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Communication Professors Receive Awards

Dr. Billie Murray, PhD, Villanova’s Associate Professor in the Department of Communication, assistant director for academics, Center for Peace and Justice Education, was presented with the Franklyn S. Haiman award for Distinguished Scholarship in Freedom of Expression. This prestigious, annual award is presented by the National Communication Association in honor of Haiman. The award recognizes an NCA member that produced noteworthy literary works related to freedom of expression. 

 

Murray won the award as a result of her book, Combating Hate: A Framework for Direct Action. 

 

Her book defines the difference between valuing free speech, while also refusing hate speech. Murray’s motivation for writing this book was to emphasize how we can recognize the difference between having a commitment to understanding democracy while also regulating hate speech used by society as well as representatives. 

 

“[My book aims to] provide arguments about how the U.S. might rethink its stance on protecting and platforming (i.e., not regulating) hate speech in the public sphere,” Murray said. “Methodologically, it combines rhetorical criticism with a communication activist approach and provides a critical typology of the strategies and tactics different publics engage to fight hate groups and hate speech in their communities.” 

 

The main audience of Combating Hate is the general public, as well as academics and activists who are interested in educating themselves on these current issues that are recognized in today’s society. 

 

“This book would be of interest to scholars interested in field work and/or activist-based scholarship, or people interested in legal and ethical arguments about the First Amendment, specifically the tensions between free speech and hate speech, as well as people interested in understanding our current moment of increased hate group organizing and the ways communities respond to that hate,” Murray said.

 

“In our contemporary moment, the United States is the only democratic nation that does not regulate hate speech or hate group organizing,” Murray said. “In this non-regulatory context, then, the burden of combating hate is placed solely on the public in the form of providing ‘more speech’ or ‘counter speech.’”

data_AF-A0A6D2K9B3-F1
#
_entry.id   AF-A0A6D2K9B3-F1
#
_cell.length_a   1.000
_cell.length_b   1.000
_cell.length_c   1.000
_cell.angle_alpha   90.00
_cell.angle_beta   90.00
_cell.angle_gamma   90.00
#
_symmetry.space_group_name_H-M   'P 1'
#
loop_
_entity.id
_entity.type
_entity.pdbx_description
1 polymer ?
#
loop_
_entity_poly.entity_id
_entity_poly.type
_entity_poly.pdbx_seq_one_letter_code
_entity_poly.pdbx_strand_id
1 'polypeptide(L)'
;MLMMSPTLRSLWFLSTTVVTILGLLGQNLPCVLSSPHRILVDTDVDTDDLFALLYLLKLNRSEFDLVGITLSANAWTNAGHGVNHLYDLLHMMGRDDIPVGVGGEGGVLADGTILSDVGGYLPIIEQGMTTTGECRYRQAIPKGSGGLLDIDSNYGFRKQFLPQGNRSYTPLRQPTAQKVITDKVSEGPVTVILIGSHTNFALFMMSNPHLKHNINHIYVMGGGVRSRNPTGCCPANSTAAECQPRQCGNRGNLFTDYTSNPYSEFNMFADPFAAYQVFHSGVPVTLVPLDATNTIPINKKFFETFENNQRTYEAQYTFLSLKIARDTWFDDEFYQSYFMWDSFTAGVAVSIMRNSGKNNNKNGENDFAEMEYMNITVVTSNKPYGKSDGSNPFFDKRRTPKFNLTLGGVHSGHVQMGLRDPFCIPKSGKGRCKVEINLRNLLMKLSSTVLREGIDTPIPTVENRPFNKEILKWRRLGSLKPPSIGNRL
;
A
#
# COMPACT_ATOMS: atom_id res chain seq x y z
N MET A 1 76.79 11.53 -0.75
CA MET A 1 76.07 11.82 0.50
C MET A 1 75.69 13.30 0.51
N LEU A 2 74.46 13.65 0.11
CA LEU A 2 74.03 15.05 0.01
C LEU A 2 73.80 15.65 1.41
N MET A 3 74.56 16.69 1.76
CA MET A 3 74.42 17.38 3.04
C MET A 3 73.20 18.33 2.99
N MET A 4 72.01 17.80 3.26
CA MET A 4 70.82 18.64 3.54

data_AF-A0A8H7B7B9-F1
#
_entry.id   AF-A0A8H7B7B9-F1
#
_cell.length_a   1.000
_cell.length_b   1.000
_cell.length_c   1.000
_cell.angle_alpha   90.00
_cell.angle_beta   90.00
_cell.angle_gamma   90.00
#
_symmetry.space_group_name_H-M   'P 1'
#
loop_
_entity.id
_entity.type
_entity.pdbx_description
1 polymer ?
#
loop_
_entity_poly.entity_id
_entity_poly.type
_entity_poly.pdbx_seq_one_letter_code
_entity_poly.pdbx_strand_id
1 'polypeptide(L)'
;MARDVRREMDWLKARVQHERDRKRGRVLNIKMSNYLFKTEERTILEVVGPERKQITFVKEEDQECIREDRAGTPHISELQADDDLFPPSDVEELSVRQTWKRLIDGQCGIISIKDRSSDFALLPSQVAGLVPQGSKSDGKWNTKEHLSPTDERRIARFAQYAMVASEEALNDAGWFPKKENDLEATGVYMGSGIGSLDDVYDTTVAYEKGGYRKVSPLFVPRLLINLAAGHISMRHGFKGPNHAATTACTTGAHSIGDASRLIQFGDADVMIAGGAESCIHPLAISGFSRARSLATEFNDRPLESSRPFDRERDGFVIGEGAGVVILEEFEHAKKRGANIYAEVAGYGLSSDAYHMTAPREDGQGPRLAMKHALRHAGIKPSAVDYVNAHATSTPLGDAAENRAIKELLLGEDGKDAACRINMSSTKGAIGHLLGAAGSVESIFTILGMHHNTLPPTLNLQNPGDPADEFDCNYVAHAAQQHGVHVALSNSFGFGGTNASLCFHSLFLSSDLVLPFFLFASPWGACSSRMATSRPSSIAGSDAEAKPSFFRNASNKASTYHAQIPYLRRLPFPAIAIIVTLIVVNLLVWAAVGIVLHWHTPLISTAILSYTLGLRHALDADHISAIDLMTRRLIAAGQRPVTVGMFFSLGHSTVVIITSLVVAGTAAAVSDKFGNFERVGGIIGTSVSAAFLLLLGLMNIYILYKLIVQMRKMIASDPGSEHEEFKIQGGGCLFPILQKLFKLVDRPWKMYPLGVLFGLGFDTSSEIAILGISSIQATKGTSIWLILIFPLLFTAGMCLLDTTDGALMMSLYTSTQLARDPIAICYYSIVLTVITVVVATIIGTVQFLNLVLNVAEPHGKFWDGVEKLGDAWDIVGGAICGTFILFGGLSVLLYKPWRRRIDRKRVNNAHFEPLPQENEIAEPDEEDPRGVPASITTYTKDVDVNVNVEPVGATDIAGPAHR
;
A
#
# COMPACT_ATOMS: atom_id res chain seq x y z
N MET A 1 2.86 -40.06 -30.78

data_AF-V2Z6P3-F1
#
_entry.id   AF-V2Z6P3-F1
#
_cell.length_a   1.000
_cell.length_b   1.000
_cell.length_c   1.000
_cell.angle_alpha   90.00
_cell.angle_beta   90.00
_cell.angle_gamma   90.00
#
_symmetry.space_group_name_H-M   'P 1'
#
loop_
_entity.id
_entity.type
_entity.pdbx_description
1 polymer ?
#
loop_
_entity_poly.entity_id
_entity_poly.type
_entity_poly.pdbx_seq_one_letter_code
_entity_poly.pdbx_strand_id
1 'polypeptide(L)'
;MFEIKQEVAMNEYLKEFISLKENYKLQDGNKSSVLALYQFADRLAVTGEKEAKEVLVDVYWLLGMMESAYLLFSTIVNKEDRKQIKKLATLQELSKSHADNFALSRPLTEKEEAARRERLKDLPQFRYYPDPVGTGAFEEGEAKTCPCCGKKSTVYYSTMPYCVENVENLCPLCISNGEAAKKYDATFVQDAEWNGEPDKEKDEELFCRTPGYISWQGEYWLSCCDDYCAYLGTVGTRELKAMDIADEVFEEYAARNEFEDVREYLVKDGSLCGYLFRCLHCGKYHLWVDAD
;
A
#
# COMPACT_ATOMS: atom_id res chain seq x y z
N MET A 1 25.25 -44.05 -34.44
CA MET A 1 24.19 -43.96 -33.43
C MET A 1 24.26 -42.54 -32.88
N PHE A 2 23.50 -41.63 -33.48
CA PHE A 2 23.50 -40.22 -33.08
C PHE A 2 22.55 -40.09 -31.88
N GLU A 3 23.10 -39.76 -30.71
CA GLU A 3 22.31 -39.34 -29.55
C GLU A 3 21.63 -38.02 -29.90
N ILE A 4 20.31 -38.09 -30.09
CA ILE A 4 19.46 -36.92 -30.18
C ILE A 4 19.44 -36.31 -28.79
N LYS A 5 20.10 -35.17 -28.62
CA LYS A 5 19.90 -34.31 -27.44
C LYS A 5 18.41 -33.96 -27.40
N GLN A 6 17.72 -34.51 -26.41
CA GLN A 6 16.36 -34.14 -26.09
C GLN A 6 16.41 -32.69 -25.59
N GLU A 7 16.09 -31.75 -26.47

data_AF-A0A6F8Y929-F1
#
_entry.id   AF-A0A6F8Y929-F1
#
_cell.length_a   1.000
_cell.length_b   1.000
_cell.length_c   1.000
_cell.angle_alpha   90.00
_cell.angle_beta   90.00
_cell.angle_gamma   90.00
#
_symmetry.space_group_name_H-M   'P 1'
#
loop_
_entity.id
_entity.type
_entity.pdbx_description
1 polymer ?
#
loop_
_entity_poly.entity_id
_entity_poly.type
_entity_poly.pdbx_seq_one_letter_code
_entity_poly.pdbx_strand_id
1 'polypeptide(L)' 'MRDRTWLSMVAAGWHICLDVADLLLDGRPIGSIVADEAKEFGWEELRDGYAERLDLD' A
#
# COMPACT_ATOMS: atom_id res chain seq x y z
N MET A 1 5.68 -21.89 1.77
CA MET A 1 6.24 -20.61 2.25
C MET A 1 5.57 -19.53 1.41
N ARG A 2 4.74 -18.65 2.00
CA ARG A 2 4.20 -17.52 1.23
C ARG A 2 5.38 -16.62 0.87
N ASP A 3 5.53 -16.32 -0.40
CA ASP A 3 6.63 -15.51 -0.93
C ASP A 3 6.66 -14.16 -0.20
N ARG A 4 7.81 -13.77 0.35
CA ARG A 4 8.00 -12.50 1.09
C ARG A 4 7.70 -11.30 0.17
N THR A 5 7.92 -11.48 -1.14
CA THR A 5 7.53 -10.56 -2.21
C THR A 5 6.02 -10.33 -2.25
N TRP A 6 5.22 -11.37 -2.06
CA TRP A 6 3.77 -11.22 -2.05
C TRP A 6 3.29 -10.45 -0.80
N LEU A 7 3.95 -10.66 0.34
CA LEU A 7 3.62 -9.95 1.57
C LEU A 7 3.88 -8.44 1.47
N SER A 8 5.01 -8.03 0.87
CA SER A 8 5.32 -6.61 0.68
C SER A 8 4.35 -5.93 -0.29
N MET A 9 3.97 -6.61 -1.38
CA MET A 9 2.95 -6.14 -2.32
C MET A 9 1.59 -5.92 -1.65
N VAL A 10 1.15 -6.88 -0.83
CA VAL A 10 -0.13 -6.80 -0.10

The book places an emphasis on planning direct action among various communities outside of governmental structure across the United States of America. 

 

“The book provides one of the first full monographs detailing rhetorical field methods in the field of communication, detailing how various communities meet the burden of combating hate speech with ‘more speech,’” Murray said. 

 

Murray remains grateful for all that she has accomplished throughout her journey in the social justice field.  

 

“Although I never had the privilege of meeting Professor Haiman, I have been a student of his work for my entire academic career and have worked with a number of his former students and colleagues over the years,” she said. “Every spring, I teach his timeless work on the rhetorical and legal considerations of social protest, and I have long admired his unwavering and active commitment to protecting First Amendment rights in the United States.”

 

Despite the fact that she has certain disagreements with some of Haiman’s work, Murray still feels as though they would have other mutual perspectives such as, persistence for free speech. 

 

“Although I disagree with his arguments to some extent in the book, I would like to think he would have welcomed a lively, academic debate about it,” she said. “I am unbelievably honored and humbled to receive an award named in his honor.”  

 

Another member of the Villanova Communication department, Dr. Raka Shome, PhD, who is the Harron Family Endowed Chair, received two awards: the Global Communication Award and IDEA Scholarship Award. Both of these awards are tremendous honors and reflect all of the accomplishments Shome has achieved through her work. 

 

The Harron Family Endowed Chair in Communication serves to continuously honor the Harron family’s role in the communication department through Villanova’s professors such as Shome. 

 

Shome is famously known for her piece, Diana and Beyond: White Femininity National Identity, and Contemporary Media Culture. The book takes a transnational feminist approach to analyze how white femininity serves as a mediating agent for modern forms of postwar interactions that take place in modern North Atlantic Western cultures. Diana and Beyond tells how this issue is a contributor to the exclusion of women from the Global South. 

 

These achievements are significant to the dedication of the professors involved and the overall dedication that is shown within Villanova’s Communication Department. The commitment of these two professors will continue to shape and inspire the future education for students in Communication.

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